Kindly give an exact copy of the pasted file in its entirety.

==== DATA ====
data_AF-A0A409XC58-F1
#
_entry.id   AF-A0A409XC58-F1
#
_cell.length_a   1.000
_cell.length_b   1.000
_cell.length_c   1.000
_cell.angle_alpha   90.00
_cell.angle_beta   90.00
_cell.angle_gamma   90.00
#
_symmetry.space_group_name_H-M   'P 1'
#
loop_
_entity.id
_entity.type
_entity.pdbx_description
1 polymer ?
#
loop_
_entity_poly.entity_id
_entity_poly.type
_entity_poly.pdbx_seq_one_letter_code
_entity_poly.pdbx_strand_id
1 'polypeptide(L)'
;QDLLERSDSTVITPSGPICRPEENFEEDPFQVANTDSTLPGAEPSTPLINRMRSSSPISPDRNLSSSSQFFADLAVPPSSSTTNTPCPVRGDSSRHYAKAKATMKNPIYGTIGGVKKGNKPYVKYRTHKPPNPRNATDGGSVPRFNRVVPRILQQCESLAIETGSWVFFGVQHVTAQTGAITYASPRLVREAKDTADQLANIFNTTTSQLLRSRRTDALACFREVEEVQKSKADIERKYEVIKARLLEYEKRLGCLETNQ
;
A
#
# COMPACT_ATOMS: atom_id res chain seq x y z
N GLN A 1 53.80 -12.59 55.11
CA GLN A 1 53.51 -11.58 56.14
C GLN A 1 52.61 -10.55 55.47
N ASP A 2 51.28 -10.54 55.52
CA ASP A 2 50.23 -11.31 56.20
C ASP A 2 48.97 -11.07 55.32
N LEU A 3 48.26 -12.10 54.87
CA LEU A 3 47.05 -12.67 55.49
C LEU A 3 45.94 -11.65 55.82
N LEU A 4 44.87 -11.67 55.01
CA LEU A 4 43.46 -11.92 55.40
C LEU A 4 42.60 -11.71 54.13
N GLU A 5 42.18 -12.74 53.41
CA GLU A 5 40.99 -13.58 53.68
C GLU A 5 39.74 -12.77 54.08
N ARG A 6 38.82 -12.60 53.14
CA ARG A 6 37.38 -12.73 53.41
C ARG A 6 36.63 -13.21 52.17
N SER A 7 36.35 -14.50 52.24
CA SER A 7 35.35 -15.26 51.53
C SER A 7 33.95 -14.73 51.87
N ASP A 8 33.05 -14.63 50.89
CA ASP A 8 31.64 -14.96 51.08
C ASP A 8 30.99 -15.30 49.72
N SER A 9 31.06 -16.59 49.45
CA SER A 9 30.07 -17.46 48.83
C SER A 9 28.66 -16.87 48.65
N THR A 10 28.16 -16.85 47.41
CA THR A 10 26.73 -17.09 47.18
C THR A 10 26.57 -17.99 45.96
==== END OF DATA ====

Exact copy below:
data_AF-A0A409XC58-F1
#
_entry.id   AF-A0A409XC58-F1
#
_cell.length_a   1.000
_cell.length_b   1.000
_cell.length_c   1.000
_cell.angle_alpha   90.00
_cell.angle_beta   90.00
_cell.angle_gamma   90.00
#
_symmetry.space_group_name_H-M   'P 1'
#
loop_
_entity.id
_entity.type
_entity.pdbx_description
1 polymer ?
#
loop_
_entity_poly.entity_id
_entity_poly.type
_entity_poly.pdbx_seq_one_letter_code
_entity_poly.pdbx_strand_id
1 'polypeptide(L)'
;QDLLERSDSTVITPSGPICRPEENFEEDPFQVANTDSTLPGAEPSTPLINRMRSSSPISPDRNLSSSSQFFADLAVPPSSSTTNTPCPVRGDSSRHYAKAKATMKNPIYGTIGGVKKGNKPYVKYRTHKPPNPRNATDGGSVPRFNRVVPRILQQCESLAIETGSWVFFGVQHVTAQTGAITYASPRLVREAKDTADQLANIFNTTTSQLLRSRRTDALACFREVEEVQKSKADIERKYEVIKARLLEYEKRLGCLETNQ
;
A
#
# COMPACT_ATOMS: atom_id res chain seq x y z
N GLN A 1 53.80 -12.59 55.11
CA GLN A 1 53.51 -11.58 56.14
C GLN A 1 52.61 -10.55 55.47
N ASP A 2 51.28 -10.54 55.52
CA ASP A 2 50.23 -11.31 56.20
C ASP A 2 48.97 -11.07 55.32
N LEU A 3 48.26 -12.10 54.87
CA LEU A 3 47.05 -12.67 55.49
C LEU A 3 45.94 -11.65 55.82
N LEU A 4 44.87 -11.67 55.01
CA LEU A 4 43.46 -11.92 55.40
C LEU A 4 42.60 -11.71 54.13
N GLU A 5 42.18 -12.74 53.41
CA GLU A 5 40.99 -13.58 53.68
C GLU A 5 39.74 -12.77 54.08
N ARG A 6 38.82 -12.60 53.14
CA ARG A 6 37.38 -12.73 53.41
C ARG A 6 36.63 -13.21 52.17
N SER A 7 36.35 -14.50 52.24
CA SER A 7 35.35 -15.26 51.53
C SER A 7 33.95 -14.73 51.87
N ASP A 8 33.05 -14.63 50.89
CA ASP A 8 31.64 -14.96 51.08
C ASP A 8 30.99 -15.30 49.72
N SER A 9 31.06 -16.59 49.45
CA SER A 9 30.07 -17.46 48.83
C SER A 9 28.66 -16.87 48.65
N THR A 10 28.16 -16.85 47.41
CA THR A 10 26.73 -17.09 47.18
C THR A 10 26.57 -17.99 45.96